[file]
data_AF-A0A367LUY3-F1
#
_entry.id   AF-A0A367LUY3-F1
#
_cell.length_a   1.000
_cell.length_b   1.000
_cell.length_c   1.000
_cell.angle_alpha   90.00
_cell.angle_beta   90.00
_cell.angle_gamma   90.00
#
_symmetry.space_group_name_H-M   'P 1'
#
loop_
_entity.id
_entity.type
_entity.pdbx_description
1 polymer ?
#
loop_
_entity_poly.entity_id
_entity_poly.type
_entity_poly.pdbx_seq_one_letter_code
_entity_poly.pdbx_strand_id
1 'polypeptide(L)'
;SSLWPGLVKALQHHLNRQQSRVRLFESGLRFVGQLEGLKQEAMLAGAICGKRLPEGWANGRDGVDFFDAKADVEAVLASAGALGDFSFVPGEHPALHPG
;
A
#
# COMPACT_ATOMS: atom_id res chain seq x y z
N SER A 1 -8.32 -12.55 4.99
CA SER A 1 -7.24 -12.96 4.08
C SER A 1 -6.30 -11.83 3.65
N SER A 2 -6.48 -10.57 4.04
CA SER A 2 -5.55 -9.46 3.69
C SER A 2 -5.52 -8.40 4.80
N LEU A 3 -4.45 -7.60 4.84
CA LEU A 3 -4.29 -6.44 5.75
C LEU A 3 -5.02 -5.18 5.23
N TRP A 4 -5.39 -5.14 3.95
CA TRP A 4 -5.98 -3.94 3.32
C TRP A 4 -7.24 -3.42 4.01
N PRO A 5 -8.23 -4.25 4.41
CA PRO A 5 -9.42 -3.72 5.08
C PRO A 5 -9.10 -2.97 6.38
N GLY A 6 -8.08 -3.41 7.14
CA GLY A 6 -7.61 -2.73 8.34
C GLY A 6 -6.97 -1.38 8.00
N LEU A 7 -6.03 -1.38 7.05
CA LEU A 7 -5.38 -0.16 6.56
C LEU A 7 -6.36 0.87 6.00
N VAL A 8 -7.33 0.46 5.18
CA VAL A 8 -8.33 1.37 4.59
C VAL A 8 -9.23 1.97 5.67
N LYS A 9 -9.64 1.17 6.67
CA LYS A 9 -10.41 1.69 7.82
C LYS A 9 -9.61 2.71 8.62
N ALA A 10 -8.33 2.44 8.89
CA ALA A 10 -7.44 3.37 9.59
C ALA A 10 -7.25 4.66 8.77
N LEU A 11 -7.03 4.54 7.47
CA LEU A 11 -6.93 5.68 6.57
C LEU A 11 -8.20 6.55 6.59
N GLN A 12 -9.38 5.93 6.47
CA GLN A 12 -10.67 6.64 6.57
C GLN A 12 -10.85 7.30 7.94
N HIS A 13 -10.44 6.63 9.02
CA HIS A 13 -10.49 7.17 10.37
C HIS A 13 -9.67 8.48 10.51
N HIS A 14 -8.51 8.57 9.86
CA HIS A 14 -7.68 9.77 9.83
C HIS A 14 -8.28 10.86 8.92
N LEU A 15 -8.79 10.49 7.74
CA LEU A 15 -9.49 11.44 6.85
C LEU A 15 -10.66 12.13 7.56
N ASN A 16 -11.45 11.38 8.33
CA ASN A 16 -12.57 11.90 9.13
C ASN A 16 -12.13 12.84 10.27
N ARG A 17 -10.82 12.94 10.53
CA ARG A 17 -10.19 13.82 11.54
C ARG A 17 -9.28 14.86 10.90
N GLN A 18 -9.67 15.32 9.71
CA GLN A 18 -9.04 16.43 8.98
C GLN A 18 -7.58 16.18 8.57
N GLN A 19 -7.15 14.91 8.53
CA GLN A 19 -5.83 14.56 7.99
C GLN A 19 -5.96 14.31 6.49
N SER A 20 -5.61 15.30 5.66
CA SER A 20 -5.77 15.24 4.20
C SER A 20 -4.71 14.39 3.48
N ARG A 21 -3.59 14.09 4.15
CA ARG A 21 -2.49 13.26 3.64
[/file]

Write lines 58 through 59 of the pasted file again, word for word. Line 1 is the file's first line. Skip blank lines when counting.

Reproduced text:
N ALA A 10 -8.33 2.44 8.89
CA ALA A 10 -7.44 3.37 9.59